Summer book clubs are the best. The majority of us are teachers, and so the time we have to read and spend on food is increased and so is the fun.

Last night, we met to discuss The Glass Castle by Jeannette Walls. We loved it. We talked about how the children survived and thrived and how the parents should have been killed in their sleep. It was a great book that stuck with us. I know I thought about the book often when I wasn’t reading it. That to me is the sign of a good book.

We also ate well, of course. Several of our husbands have recently accused us of using book club as a front for food and gossip.

Surely they jest.

We ate very well. We had a beautiful tomato tart that Amy made fresh out of Southern Living. We had rotel which hit the spot as well as Lisa’s famous Vidalia onion dip. My mom made Trisha Yearwood’s asparagus bundles that we an A+ hit. Delish.

I like for the food I make to reflect the book, but the food in the book was quite gross. I also couldn’t think of anything to reflect the glass theme except for Linzor cookies. Instead, I made a dish and brought a bought dish.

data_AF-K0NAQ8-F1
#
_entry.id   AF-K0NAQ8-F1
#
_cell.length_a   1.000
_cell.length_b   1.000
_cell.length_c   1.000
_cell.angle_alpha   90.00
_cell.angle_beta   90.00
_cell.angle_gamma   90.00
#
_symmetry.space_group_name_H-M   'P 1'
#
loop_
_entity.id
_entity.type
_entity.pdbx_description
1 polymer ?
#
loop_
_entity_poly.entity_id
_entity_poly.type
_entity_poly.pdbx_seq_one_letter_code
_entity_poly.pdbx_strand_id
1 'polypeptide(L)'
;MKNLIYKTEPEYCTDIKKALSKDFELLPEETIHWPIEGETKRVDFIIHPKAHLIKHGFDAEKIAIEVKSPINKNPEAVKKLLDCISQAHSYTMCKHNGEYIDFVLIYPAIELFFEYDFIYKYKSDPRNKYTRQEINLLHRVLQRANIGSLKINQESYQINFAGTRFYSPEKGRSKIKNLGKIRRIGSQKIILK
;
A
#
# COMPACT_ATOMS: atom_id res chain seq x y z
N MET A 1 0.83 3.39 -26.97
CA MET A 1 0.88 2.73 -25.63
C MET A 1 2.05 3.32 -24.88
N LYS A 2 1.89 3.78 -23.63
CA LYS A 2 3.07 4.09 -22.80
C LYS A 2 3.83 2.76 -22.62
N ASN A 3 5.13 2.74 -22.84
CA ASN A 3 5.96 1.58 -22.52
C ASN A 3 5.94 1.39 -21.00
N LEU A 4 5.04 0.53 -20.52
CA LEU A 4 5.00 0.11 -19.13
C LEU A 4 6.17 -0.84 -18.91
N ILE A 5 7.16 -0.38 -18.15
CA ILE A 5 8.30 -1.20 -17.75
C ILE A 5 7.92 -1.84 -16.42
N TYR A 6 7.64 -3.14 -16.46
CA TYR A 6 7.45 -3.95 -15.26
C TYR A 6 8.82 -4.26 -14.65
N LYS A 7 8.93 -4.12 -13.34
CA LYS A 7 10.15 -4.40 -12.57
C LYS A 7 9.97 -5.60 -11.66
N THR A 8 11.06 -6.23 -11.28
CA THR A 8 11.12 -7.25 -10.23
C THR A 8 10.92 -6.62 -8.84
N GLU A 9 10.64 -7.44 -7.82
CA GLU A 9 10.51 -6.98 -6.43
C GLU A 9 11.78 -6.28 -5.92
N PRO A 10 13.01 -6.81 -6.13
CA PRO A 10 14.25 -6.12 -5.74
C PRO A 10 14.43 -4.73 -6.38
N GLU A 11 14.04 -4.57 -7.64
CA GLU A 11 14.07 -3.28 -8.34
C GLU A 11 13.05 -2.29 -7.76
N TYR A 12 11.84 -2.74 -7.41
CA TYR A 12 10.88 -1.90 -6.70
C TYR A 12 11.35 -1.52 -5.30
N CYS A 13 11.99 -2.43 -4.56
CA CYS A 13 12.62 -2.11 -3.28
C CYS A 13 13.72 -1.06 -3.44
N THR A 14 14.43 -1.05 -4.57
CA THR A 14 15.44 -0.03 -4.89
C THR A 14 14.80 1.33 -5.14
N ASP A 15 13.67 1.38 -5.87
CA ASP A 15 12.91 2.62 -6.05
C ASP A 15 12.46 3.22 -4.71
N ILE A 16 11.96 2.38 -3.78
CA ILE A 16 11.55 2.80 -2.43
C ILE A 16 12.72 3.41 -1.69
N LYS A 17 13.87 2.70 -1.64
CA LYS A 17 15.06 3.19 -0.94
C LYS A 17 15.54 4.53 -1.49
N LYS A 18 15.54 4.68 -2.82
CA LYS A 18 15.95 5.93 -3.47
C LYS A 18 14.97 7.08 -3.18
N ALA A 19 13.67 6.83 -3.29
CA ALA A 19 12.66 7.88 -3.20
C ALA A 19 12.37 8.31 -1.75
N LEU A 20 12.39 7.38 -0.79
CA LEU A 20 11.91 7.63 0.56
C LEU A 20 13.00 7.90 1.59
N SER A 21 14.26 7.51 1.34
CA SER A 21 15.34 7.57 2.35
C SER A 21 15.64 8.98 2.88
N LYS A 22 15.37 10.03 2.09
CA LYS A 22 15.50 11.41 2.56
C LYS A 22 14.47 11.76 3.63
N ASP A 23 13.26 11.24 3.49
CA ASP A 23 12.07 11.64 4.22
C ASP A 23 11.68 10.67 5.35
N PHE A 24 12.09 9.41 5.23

My bought dish was a blueberry and vanilla goat cheese log from Sam’s. Good grief, I tell ya, I could sent my family into the poor house at the cheese counter at Sam’s. This cheese was very yummy, but not for those who don’t like goat cheese. It was a little tart with a little sweet to boot.

My made dish was grilled cheese sandwiches with grilled onions. I made the onions early in the day by slicing three Vidalia onion and sauteing them in butter, salt, and pepper for about a half hour. They smelled so, so good.

If Yankee candle would only make a carmelized onion candle, wouldn’t life be so much better?